McDaniel did not mention former President Donald Trump, who has for years spoken out against early, absentee and mail-in voting and falsely claimed the methods led to widespread voter fraud, which cost him the election. And a spokesman said His comments were not targeted at the former president.
But, privately, Republican operatives acknowledge that Trump has put their party in an electoral pinch and that the problems go beyond voting methods.
A top GOP campaign official said, “We can sit here and talk about mail-in voting and use it as an excuse, but that’s like a drunkard saying That they would no longer drink gin, only beer.” “We have 99 problems and mail-in voting is one.”
There is a growing sense of alarm among GOP ranks that Trump’s push of conspiracy theories about early voting and mail ballots not only hurt him greatly in the just-concluded midterms, but took several cycles to measure. may seem Republican committees and groups are working to educate voters on laws regarding early voting and plan to intensify those efforts. But they are up against not only Trump and his oversized megaphone, but also a sizable swath of conservative leaders who now denounce absentee voting and mail ballots as false.
,[P]People are waking up to it, even Trumpistas,” Karl Rove, a longtime GOP strategist who runs RITE, a new voter integrity project, said in an interview. “It’s a sad comment that we have to do this and there’s resistance. He’s creating a class of people who may believe as long as mail-in ballots exist that elections are stolen, And because of this people say that my vote does not count, I need not bother to vote.
Republicans hoping to change their voters’ perception of mail voting have seen some positive developments in recent days, as some major skeptics have emerged, noting that Democrats voted to bank big on Election Day. The emphasis is on early voting.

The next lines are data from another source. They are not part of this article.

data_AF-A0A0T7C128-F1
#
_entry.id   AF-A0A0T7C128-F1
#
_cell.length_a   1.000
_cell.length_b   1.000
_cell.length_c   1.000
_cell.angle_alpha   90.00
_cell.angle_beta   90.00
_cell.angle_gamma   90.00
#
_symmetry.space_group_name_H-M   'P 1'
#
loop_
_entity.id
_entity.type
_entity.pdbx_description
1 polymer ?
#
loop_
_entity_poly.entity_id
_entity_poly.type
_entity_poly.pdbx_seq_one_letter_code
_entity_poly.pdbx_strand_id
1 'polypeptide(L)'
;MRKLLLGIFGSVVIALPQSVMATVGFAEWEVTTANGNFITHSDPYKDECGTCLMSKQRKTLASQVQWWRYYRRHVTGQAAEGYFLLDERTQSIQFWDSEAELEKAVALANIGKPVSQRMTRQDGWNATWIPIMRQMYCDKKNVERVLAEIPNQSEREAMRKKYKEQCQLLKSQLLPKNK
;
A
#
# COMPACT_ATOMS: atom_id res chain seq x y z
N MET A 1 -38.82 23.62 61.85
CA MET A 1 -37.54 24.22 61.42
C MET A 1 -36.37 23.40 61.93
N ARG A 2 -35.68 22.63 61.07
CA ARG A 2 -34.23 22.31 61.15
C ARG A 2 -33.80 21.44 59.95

After Georgia runoff elections appeared likely to defeat Republican Herschel Walker, Fox News host Sean Hannity questioned the “reluctance some Republicans in many states are voting early and voting by mail”, and said That it was time the party mended its ways. “You’re absolutely right,” agreed House GOP leader Kevin McCarthy. Another Fox host, Laura Ingraham, became visibly agitated as she discussed the issue with former counselor to Trump Kellyanne Conway, who said Republicans needed to bank ballots quickly.
“How come we didn’t? We didn’t do it in 2020 because people said, ‘Don’t vote early, because it’s corrupt,'” Ingraham said. [say that]At the top of the Republican Party.
Two top potential contenders for 2024, Florida Gov. Ron DeSantis and former ambassador to the United Nations nikki haley, has also said that Republicans need to be smarter about early and absentee voting. And conservative commentator Charlie Kirk tweeted after the election that “the first lesson we need to take from the midterms is the power of early voting.”
But those in the trenches believe that a true embrace of voting outside of Election Day will take some time. This is because Republicans have historically been suspicious of election administration. And over the decades, many have also come to believe that efforts to increase voting access have meant opening the door to fraud.
“Republicans are taking the right steps to ensure state elections are safe and secure. Our problem now is a messaging and operational one. “We start by throwing out the Trump BS lies and telling people the truth about their vote and the power of their vote,” said a Republican strategist who worked on the Georgia midterm elections. “Who would have imagined telling people, ‘The election is rigged’ and then asking them to vote wouldn’t work?”